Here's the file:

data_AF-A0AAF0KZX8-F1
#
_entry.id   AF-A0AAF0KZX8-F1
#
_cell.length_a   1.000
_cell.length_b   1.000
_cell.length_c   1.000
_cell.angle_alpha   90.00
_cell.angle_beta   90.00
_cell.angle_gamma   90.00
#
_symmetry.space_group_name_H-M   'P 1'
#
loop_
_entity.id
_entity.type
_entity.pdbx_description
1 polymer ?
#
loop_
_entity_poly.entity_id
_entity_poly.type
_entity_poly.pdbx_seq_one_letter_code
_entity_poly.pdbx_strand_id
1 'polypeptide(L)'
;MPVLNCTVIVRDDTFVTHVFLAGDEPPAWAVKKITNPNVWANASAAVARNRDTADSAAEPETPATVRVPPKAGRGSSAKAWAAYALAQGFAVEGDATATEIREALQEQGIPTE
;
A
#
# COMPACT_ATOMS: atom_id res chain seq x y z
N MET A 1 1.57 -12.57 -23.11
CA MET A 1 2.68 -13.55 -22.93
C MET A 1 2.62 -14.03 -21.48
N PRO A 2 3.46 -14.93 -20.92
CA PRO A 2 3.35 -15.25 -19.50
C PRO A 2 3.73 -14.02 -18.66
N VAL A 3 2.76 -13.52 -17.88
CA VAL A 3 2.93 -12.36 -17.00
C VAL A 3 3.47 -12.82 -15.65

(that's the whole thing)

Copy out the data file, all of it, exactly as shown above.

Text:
data_AF-A0AAF0KZX8-F1
#
_entry.id   AF-A0AAF0KZX8-F1
#
_cell.length_a   1.000
_cell.length_b   1.000
_cell.length_c   1.000
_cell.angle_alpha   90.00
_cell.angle_beta   90.00
_cell.angle_gamma   90.00
#
_symmetry.space_group_name_H-M   'P 1'
#
loop_
_entity.id
_entity.type
_entity.pdbx_description
1 polymer ?
#
loop_
_entity_poly.entity_id
_entity_poly.type
_entity_poly.pdbx_seq_one_letter_code
_entity_poly.pdbx_strand_id
1 'polypeptide(L)'
;MPVLNCTVIVRDDTFVTHVFLAGDEPPAWAVKKITNPNVWANASAAVARNRDTADSAAEPETPATVRVPPKAGRGSSAKAWAAYALAQGFAVEGDATATEIREALQEQGIPTE
;
A
#
# COMPACT_ATOMS: atom_id res chain seq x y z
N MET A 1 1.57 -12.57 -23.11
CA MET A 1 2.68 -13.55 -22.93
C MET A 1 2.62 -14.03 -21.48
N PRO A 2 3.46 -14.93 -20.92
CA PRO A 2 3.35 -15.25 -19.50
C PRO A 2 3.73 -14.02 -18.66
N VAL A 3 2.76 -13.52 -17.88
CA VAL A 3 2.93 -12.36 -17.00
C VAL A 3 3.47 -12.82 -15.65